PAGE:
Another type of insurance that everyone should take a hard look at is a Personal Umbrella Policy. This coverage acts as a backstop to your auto and homeowner’s policies. It will kick in if the claims exceed the policy coverage of the other policies. Like term insurance, the premiums for an umbrella policy are very inexpensive. Here is Why Everyone Needs a $1 Million Umbrella Policy (or More).
3) Bring in the (Cash) Reserves
Before you start investing you have got to bring in the cash reserves. You will need to set aside money for the proverbial rainy day into your cash reserve fund. These funds won’t be invested. They need to be in cash in a bank account. When you need access to them you will need it quickly. Noticed I said when. Not if. You will need to access these funds at some point. You don’t know when. You also don’t know exactly what you will need these funds for at this time. Perhaps your car breaks down. Maybe you get some unexpected medical bills. You roof starts leaking. You get the idea. Stuff happens. That’s why you need to maintain an adequate cash reserve fund. Most commentators suggest maintaining six months of living expenses in your cash reserve fund. If you can do this, great. If not, do what you can. Start with one month and go from there over time.
4) Invest for When You Need the Money
Most folks, except perhaps Warren Buffet, Chairman and CEO of Berkshire Hathaway, don’t invest just for the fun of it. They invest because they have goals. These goals could be to plan for retirement, children’s education or perhaps just getting a new car. These goals will have timelines associated with them. Even if the timelines are somewhat fluid. Get used to that word, fluid. It’s not the Merriam-Webster definition but it means things change. And change, along with uncertainty is all we can count on.
People in their twenties and thirties have a huge advantage over guys like me, the fifty something crowd. In a word, it’s time. Younger people that make some simple and prudent decisions can impact their financial future in such a positive way. These decisions aren’t easy and require some discipline. Conversely, poor decisions or just not paying attention will lead to a more difficult financial future. A younger investor punishes themselves if they don’t start saving at an early age. The punishment might not show up for many years, but when it comes it can be harsh. This punishment could mean retiring later than planned, not getting that beach house or not leaving a legacy for your heirs and favorite charities. Remember, even small amounts of money invested regularly will add up over time. Start saving early and let compounding work its magic.
Market timing is the process an investor goes through to be invested in the market on the way up, and out of it when it’s falling. It sounds easy, buy low and sell high. Unfortunately, it’s not as easy as advertised. A market timing strategy is a system that involves selling equities when you get a sell ‘signal’, and buying back when you get another ‘signal.’ These market timing systems give these ‘signals’ to their customers based on indicators which will say when to buy and sell. These indicators are based on various data such as interest rates, trading volume, margin debt, and interpretations of charts and graphs. The theory behind market-timing systems is to be out of the market when it’s declining and buy back in at the bottom. As many recent college graduates eventually begin to realize, sometimes there is a big difference between theory and reality. The reality is that investors using a market timing system are going to have a more difficult time making money than a long-term investor. John Bogle, founder and retired Chairman of Vanguard, had this to say about market timing, “After nearly fifty years in the business, I do not know of anybody who has done it successfully and consistently. I do not even know anybody who knows anybody who has done it successfully and consistently.” 3)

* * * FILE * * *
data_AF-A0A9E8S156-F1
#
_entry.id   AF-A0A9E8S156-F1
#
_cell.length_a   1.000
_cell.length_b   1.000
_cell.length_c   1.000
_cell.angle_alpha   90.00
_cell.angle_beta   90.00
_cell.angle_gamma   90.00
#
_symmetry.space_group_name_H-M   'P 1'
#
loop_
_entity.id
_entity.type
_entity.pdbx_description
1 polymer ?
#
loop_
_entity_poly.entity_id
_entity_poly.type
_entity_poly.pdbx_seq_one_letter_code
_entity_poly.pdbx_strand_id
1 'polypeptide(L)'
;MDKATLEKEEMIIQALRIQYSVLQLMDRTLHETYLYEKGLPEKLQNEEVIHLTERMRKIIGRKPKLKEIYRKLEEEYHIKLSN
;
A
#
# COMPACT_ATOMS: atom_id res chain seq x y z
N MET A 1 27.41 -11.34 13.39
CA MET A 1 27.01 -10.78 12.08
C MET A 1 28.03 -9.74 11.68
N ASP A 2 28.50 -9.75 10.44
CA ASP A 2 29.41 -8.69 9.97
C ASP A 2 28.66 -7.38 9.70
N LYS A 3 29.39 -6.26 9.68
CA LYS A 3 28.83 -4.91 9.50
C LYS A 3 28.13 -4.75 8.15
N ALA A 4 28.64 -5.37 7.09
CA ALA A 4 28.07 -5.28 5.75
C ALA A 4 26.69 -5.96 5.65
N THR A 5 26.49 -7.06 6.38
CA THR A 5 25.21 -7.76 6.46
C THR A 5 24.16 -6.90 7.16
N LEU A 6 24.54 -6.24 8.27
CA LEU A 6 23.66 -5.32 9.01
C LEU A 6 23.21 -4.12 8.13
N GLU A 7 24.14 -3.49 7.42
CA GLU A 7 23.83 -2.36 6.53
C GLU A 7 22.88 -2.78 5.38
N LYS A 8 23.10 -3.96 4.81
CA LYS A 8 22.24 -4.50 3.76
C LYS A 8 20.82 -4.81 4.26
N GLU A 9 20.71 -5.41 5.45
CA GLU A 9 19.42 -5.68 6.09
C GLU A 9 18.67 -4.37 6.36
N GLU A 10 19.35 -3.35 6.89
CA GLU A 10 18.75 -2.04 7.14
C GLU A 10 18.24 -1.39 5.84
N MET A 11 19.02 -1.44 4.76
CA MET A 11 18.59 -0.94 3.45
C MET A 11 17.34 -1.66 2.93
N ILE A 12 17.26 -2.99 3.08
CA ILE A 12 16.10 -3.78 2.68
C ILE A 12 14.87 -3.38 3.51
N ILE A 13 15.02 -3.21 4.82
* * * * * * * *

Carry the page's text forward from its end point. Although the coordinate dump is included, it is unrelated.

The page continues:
Can an investor be successful using a market timing system? Perhaps. It’s just the odds are stacked against investors using these systems. Remember, you don’t necessarily invest to get the highest rate of return. You invest to achieve your financial goals. And investing, after all, is a function of dealing with probabilities. Why invest like this when the probabilities are against you? You’ll have to be right twice. The first time is trying to sell at the top of the market and the second time is buying back in at the bottom. Want to increase the probability of success? Trade less and invest for the long run. Have a plan and stick with it.
Get the final ‘signal’, investors don’t need a market timing system to achieve their financial goals. Do you really think there is a market timing system that’s good enough to keep an investor in the market on the days when the market is going up and out of the market on the days when it’s going down? If so, just ask yourself a simple question:
If there was a market timing system that worked, why would anyone want to share it with you?
5) Estate Planning
Estate planning is actually planning for a certainty, not an uncertainty. Last I looked the odds of passing away are 100%. Father time is still batting a thousand. This is one certainty you can count on. The only thing you don’t know is…. when. That is the only uncertainty. We addressed life insurance above. Most folks with dependents will need some life insurance. If you need insurance buy it. Don’t delay. Here is what is also needed to have an effective estate plan:
• Power of Attorney
• Health Care Proxy
• Perhaps a Trust Agreement
You will, and trust agreement if you have one, will direct who gets your stuff and when. The Power of Attorney will allow someone else to act on your behalf if you become incapacitated. The Health Care Proxy will allow someone to make end of life decisions on your behalf. If you want or need a trust agreement it may be part of your will or perhaps a separate agreement. Work with your estate planning attorney to get this documents executed. Then revisit them every three years. Why? Everything changes. Your estate planning documents need to reflect this. Here are the Estate Planning Lessons Learned From My Moms Estate.
Opinions expressed in this article are those of the author and not necessarily those of Raymond James. All opinions are as of this date and are subject to change without notice. Past performance may not be indicative of future results.